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Will Walter White, Ca. WWII (Source: Link)


White signed the Floyd Bennett Field Register April 28, 1933 at 1:00PM. He was solo in the Lockheed Vega he identified as NC8495 (S/N 156). He recorded the owner of the airplane as "S.O.N.J.," which was Standard Oil of New Jersey. He also recorded in the Register that he had arrived in Brooklyn from "Trinidad" and was bound for "Labrador." This was probably a spoof on the Register, much like that of Frank Hawks on the following Register line.

But, if you look at his West Point biography in the box below, it states that he did fly a Vega from New York to Buenos Aires. That flight occurred in 1930, and the airplane was NC106N (not a Register airplane). Please direct your browser to pilot Clements McMullen's link for details related to their South American flight and for additional photographs of White.

There is a West Point (class of 1923) memorial of Will White available at the link. The text is quoted below. The photograph, right, is from this link, too. Another, more brief biography is at the U.S. Airforce Web site at the link.

"Will Walter White (Chic) was born in Bozeman, Montana, on 7 April 1900. He graduated in 1923 from the United States Military Academy, where he broke the record for the 100-yard dash, and in his last year was Cadet Captain of D Company.

"As a new second lieutenant in the Army Air Service, he proceeded to Brooks Field for flight training, and on winning his pilot wings became a flight instructor at Brooks. Here, the first time he ever wore a parachute, he had to use it to save his life, thus becoming one of the first seven members of the Caterpillar Club.

"In 1925 he married Miriam Milbum of San Antonio. The next year he was ordered to the Air Corps Engineering School at McCook Field, Dayton, Ohio, and after graduating flew as a test pilot. In 1927 he was transferred to West Point to be an instructor in the Department of Natural and Experimental Philosophy, and Engineering Officer of the Air Corps Detachment.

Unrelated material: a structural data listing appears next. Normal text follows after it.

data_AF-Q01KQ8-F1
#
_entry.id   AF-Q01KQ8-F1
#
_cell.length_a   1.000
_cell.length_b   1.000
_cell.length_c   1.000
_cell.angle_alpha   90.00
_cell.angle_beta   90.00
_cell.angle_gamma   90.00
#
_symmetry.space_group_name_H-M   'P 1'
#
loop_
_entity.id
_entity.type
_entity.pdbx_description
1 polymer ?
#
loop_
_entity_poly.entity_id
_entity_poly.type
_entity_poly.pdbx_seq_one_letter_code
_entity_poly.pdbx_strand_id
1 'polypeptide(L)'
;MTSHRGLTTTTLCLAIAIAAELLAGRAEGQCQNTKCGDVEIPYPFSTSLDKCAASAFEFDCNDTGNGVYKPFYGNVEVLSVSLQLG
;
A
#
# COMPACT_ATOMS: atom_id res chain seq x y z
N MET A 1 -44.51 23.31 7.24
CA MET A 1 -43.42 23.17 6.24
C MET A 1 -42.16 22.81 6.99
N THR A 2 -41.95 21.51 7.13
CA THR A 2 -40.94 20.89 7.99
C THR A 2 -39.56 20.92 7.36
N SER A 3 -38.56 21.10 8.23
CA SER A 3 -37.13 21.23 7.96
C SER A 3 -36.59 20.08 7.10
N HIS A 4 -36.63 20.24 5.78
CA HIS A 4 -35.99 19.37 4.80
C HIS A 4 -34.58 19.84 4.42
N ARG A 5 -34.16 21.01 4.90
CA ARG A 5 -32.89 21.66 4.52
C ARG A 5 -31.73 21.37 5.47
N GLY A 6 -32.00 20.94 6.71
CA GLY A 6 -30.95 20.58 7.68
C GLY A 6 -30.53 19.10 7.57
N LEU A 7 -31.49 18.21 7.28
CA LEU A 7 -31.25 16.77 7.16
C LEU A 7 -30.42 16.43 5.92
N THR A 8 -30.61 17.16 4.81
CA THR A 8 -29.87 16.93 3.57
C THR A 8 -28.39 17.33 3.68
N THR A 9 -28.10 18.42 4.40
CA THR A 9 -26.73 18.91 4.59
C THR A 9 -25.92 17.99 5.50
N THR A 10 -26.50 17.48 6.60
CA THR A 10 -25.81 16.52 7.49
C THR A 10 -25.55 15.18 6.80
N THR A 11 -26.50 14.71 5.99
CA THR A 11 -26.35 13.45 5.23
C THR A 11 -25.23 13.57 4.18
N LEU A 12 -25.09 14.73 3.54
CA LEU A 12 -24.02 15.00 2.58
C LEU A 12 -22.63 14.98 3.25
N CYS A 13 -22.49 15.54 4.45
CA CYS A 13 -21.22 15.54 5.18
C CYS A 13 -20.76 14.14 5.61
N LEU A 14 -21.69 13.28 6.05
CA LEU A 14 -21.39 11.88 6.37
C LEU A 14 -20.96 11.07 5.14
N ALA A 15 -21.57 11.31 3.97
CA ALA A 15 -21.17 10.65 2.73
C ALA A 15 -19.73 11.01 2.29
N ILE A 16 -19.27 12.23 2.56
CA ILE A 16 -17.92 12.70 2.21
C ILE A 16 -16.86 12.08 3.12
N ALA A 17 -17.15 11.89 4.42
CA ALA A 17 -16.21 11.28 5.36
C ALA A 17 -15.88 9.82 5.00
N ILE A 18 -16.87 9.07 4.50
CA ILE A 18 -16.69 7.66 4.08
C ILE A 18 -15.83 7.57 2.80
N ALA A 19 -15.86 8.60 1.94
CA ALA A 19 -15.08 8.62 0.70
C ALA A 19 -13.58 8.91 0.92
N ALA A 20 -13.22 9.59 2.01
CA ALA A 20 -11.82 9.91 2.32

"The following year he was assigned to the Massachusetts Institute of Technology, and received a Master of Science Degree in Aeronautical Engineering. After this he was assigned to Wright Field, Ohio. He resigned his regular commission in 1930 and was commissioned a captain in the Reserves of the Air Corps. He then joined the Standard Oil Company of New Jersey in New York.

"One of his first assignments was to fly the company’s small Lockheed Vega from New York to Buenos Aires to test aviation products being introduced by the company. White and his co-pilot (the late Major General Clements McMullen, then a lieutenant) completed the 6,780 miles in 52 hours, 15 minutes flying time, a record that stood for nine years, and for which the Italian Government awarded them the Commendatore della Corona d'ltalia.

"In 1934 Chic was appointed manager of international aviation sales with an office in Paris. Two years later he moved to London as chairman of the newly-formed International Aviation Associates (Intava).

"With the outbreak of World War II, he became a member of the British Government's Aviation Petroleum Committee. Returning to the United States upon its entry into the war, he served as Aviation Officer in the Petroleum Administration for War. He was liaison officer for the Armed Forces of the United States and Allied Nations and Executive Secretary of APPAC.

"After the war Chic rejoined Intava as its president in New York, and when, two years later it was merged with the Esso Export Corporation, he became vice-president and director of that company.

"Recalled to Washington for active duty again in February 1954, he was Petroleum Officer in the Department of Defense for two years. He was promoted to the rank of brigadier general in the Air Force Reserve.

"Chic really had two simultaneous careers, Standard Oil and the Air Force, and each made him more valuable to the other. He retired from the Air Force Reserve in 1960 and from Esso in 1964. He was loyal to both, but the Service and West Point meant more to him than any civilian honors, and he was always faithful to the high standards and ethics of West Point.

"The Whites have made San Antonio their home since his retirement. He is survived by his wife, son, and daughter and eight grandchildren, all of whom will always think of him with love and admiration."

NC8495 was operated by Standard Oil of New Jersey only between 1932 and 1934, so we see it briefly in that window. The airplane had an interesting life. Please direct your browser to its link, above, for further information.



The Register
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